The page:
Estimates of expenditure
As every year, the nine sector-based committees were very busy during the consideration of the 2017-2018 estimates of expenditure, namely the anticipated annual expenditures of each department for which the Government asks the Assembly’s approval. Following the 25-hour debate on the budget in the Assembly and in the Committee on Public Finance, as provided in the Standing Orders of the National Assembly, the estimates of expenditure of the 19 portfolios, divided into 54 components, were examined by each of the sectorial committees within their areas of competence. The Standing Orders stipulate that the consideration of the estimates of expenditure by the committees may not exceed 200 hours for 10 consecutive sitting days, which was achieved at the end of this exercise. With 34 hours of work, the Committee on Institutions clocked the most sitting hours during this period.
Among the six independent Members present at the time, four took part in the consideration of the estimates of expenditure. This resulted in an agreement on the participation of independent Members, valid only for the consideration of the 2017-2018 estimates. This agreement provided for the sharing of blocks of time during the examination of components on which these Members wished to speak.
Tabling of the report from the Committee on Public Administration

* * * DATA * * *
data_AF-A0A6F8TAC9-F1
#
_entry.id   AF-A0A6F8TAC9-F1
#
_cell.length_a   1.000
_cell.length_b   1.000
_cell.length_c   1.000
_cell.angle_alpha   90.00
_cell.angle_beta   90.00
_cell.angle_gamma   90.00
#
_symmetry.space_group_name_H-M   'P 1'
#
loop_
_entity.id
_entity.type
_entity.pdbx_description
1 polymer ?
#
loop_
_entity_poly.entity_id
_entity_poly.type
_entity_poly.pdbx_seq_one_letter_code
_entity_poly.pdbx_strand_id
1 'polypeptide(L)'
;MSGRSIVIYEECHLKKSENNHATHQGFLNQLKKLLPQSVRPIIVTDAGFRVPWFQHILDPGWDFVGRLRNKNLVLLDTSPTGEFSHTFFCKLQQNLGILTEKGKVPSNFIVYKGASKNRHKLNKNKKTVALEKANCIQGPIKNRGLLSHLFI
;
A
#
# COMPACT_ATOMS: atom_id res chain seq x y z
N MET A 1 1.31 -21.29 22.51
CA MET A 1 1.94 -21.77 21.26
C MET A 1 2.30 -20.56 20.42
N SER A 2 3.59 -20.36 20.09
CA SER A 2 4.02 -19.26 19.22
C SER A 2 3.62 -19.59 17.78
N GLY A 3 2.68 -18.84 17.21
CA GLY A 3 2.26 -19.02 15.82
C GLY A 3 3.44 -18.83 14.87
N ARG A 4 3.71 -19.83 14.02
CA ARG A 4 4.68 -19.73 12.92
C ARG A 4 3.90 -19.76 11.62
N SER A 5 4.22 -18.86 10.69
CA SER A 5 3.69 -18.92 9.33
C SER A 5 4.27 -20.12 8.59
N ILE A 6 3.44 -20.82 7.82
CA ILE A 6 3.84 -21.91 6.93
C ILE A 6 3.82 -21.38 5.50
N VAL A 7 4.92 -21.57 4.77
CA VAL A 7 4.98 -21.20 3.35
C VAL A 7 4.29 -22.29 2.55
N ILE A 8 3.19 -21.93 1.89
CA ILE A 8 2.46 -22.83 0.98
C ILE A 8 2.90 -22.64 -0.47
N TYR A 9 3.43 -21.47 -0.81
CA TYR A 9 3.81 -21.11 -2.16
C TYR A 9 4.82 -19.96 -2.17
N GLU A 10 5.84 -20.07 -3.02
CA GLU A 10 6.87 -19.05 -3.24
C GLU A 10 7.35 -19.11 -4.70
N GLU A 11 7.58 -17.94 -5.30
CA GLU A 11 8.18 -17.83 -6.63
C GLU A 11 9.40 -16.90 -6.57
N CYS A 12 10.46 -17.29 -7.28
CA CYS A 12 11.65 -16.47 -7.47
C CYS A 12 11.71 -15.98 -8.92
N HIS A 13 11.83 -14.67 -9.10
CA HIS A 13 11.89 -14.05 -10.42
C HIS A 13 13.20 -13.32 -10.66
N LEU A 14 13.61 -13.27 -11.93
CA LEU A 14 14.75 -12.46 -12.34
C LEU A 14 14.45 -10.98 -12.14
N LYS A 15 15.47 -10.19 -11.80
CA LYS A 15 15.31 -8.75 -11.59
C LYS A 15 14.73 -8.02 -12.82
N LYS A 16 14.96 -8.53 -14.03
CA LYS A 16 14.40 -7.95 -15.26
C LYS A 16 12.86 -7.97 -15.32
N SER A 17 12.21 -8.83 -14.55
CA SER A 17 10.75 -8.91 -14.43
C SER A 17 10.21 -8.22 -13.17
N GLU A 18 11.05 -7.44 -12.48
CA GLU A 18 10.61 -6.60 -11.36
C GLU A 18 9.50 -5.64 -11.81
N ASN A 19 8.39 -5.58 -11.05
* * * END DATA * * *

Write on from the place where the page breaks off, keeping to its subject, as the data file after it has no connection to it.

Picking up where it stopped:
On June 14, 2017, the chair of the Committee on Public Administration (CPA), Sylvain Gaudreault, Member for Jonquière, tabled the Committee’s 36th report. This report highlights the observations, conclusions and recommendations made by the CPA members with regard to the eight public hearings held since February 2017, hearings that concerned nine departments and public bodies as well as the Auditor General of Québec. In accordance with the Standing Orders, the CPA must hear the Auditor General every year with respect to his annual management report. In addition to these hearings, the Committee members presented their analysis of the management reports from eight departments and public bodies. The 20th anniversary of this Committee was also underlined in the final chapter of the report, which highlights the evolution of the CPA’s mandates since its inception.
Visit to Lac-Simon
On May 17, 2017, a delegation of the Committee on Citizen Relations travelled to the Lac-Simon community, in Abitibi-Témiscamingue, within the framework of the order of initiative on aboriginal women’s living conditions as affected by sexual assault and domestic violence. During this visit, the delegates, namely the chair, vice-chair and a Committee member representing each parliamentary group as well as an independent Member, had the opportunity to discuss this issue with the chief of Lac-Simon, band council members, the police chief of this community, community members as well as people working with the community. This visit allowed delegation members to better understand the environment and reality experienced by the members of this community located far from any major city and thus gather information needed to draft the final report on this mandate.
General Directorate for Parliamentary Affairs
General Directorate for Parliamentary Affairs
House of Commons
The First Session of the Forty-Second Parliament continued through the months of April, May and June 2017, with the House adjourning for the summer break on June 21, 2017. The report below covers the months of April, May, June and July 2017.